Eating is the national past time of Singaporeans, and with that dubious honour comes a whole host of strange rituals that accompany our dining. These odd habits came about from a mixture of factors – old wives’ tales, our predilection for spiciness, and just plain old technology. It might have gotten some weird stares at first, but now most of us can’t begin a meal properly without indulging in these rituals.

Foodies, an upcoming documentary about the fine dining subculture, shows us the bizarre habits of the food bloggers and fine diners. While not of all of us may be able to identify with that, we do know what Singaporeans do when they eat. So in the spirit of our nation’s upcoming birthday, here’s a list of uniquely Singaporean food habits!

1) There must always be a saucer of chilli sauce nearby

Regardless of whether it’s cut chilli with soya sauce, sambal chilli, or pre-mixed thick chilli sauce, there’s always one small dish of it on the table. When you’re at a hawker centre, it’s pure reflex to grab a small dish and drop some chilli sauce into it. Most of the time, we don’t even finish the chilli sauce. I’ve seen friend who will mechanically procure the chilli sauce with their food, only to dip it once and forget about it thereafter.

2) Rice must always have gravy drizzled over it

Case in point: curry over briyani rice. Credit: Serious Eats

Case in point: curry over briyani rice. Credit: Serious Eats

You can be eating nasi briyani or economy rice, and it’ll be the same. The server will ask what kind of gravy you’d like to bathe your rice in. Even if it’s flavoured rice (like in the case of briyani), there’ll still be some form of curry over it. There’s no doubting that rice goes well with any gravy though, so it’s a tasty habit nonetheless!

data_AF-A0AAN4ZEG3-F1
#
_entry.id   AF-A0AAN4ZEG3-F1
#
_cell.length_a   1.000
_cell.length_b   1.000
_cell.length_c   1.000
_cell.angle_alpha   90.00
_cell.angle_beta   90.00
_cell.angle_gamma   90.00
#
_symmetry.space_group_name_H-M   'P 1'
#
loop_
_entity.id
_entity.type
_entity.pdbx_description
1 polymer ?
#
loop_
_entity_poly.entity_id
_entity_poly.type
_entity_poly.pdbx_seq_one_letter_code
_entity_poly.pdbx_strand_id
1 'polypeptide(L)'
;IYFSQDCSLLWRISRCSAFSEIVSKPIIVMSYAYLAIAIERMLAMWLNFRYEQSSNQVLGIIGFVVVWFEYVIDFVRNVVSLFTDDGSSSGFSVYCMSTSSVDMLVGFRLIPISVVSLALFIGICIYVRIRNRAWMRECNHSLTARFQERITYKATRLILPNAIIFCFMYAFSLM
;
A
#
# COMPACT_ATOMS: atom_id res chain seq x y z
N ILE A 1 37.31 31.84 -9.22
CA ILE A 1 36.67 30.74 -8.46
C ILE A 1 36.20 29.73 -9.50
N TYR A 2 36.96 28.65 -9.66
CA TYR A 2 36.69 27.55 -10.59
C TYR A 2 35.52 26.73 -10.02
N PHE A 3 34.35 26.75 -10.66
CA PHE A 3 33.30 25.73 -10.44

3) When sharing dishes, nobody will take the last piece

Dining with peers in Foodies. Credit: Golden Village Pictures

Fine dining, alone, in Foodies. Credit: Golden Village Pictures

It’s usually the case when you’re eating with your elders, but nowadays, even when eating with peers, there’s always that courtesy piece left behind. I know it’s out of respect, but this becomes a case where manners trumps practicality. It’s still food! Everybody is eyeing that final morsel, but nobody dares to take it lest they be seen as disrespectful. So many a time, when the plates are cleared, that last piece will be left uneaten on the plate, consigned to the fate of the dustbin.

4) Used plates cannot be stacked up

It would be difficult to stack these dishes up in Foodies. Credit: Golden Village Pictures

It would be difficult to stack these dishes up in Foodies. Credit: Golden Village Pictures

This is especially so at Chinese eateries. Most people know not to do this, but it behooves them why. A quick Google search reveals that it represents repetition, meaning if you do that at a wedding, the bride and groom will remarry, or if you do that at a funeral, another person will pass away. But when you’ve got a tiny table (Singapore is land scarce after all) and many dishes, there’s just not enough space to have every plate on the table.

5) Your plate must be clean when you finish your meal

Finishing their meal in Foodies. Credits: Golden Village Pictures

Starting on a meal in Foodies. Credit: Golden Village Pictures

Again, this is another old wives’ tale that claims that the number of grains of rice (or whatever dish you’re having) left behind on your plate will be the number of pimples your future spouse has. Whether or not you believe it, it has been ingrained into our collective mindsets to finish everything on our plate to prevent such a disaster. Oddly enough, even married couples will automatically follow this tradition.

But Singapore isn’t the only country to have such gastronomical oddities.

Foodies poster. Credits: Golden Village Pictures

Foodies poster. Credits: Golden Village Pictures

Our habits sound just like the strange ones in Foodies. It heartens us to know that strange food habits aren’t just limited to Singapore alone!

So catch Foodies exclusively at Golden Village Cinemas for more delicious details! Look out for an upcoming article featuring an exclusive interview with Foodies‘ director Thomas Jackson, on The Popping Post.

Sources: Golden Village Cinemas, Serious Eats